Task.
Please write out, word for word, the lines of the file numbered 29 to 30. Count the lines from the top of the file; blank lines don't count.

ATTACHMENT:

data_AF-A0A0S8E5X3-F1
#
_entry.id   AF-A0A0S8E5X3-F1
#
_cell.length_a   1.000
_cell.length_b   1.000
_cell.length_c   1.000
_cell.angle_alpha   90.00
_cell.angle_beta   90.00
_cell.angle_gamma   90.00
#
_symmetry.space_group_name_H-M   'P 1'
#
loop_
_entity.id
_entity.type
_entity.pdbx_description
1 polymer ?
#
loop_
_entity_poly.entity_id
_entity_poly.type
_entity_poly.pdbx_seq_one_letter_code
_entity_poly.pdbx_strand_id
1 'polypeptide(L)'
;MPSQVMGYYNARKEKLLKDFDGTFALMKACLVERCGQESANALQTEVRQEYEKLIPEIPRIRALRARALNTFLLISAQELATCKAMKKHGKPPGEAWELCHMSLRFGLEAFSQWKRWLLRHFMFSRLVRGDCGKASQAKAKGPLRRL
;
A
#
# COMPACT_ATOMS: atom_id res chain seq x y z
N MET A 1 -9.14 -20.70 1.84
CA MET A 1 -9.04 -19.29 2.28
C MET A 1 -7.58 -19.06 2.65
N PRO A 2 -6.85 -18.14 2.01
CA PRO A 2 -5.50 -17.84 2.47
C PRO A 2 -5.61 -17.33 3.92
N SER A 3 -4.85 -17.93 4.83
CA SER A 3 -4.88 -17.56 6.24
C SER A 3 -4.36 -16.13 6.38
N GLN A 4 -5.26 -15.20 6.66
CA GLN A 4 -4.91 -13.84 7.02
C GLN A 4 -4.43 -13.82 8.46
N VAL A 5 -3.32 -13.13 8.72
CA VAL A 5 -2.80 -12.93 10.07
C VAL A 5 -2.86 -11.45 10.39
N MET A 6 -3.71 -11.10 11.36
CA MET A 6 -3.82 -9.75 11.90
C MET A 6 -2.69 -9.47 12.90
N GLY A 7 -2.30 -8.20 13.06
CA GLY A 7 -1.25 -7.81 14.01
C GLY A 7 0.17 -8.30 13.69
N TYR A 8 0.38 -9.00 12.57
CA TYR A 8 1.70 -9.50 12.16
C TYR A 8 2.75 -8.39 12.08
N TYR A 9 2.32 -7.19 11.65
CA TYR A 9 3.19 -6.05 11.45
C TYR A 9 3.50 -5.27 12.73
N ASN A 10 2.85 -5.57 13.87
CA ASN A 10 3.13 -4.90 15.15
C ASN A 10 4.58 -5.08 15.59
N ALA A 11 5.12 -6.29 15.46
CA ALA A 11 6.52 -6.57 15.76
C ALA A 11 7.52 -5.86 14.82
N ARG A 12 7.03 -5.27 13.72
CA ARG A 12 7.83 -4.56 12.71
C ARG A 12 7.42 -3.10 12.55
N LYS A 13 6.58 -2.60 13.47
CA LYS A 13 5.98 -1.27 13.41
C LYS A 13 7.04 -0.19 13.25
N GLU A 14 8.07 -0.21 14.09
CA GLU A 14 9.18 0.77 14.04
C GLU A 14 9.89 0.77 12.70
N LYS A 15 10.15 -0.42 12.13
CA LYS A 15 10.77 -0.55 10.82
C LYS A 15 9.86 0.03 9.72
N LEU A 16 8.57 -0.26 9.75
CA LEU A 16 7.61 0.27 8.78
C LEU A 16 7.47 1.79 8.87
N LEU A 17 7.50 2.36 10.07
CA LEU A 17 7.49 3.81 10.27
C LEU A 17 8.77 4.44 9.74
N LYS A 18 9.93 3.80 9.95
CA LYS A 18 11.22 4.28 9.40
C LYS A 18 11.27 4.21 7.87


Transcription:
#
# COMPACT_ATOMS: atom_id res chain seq x y z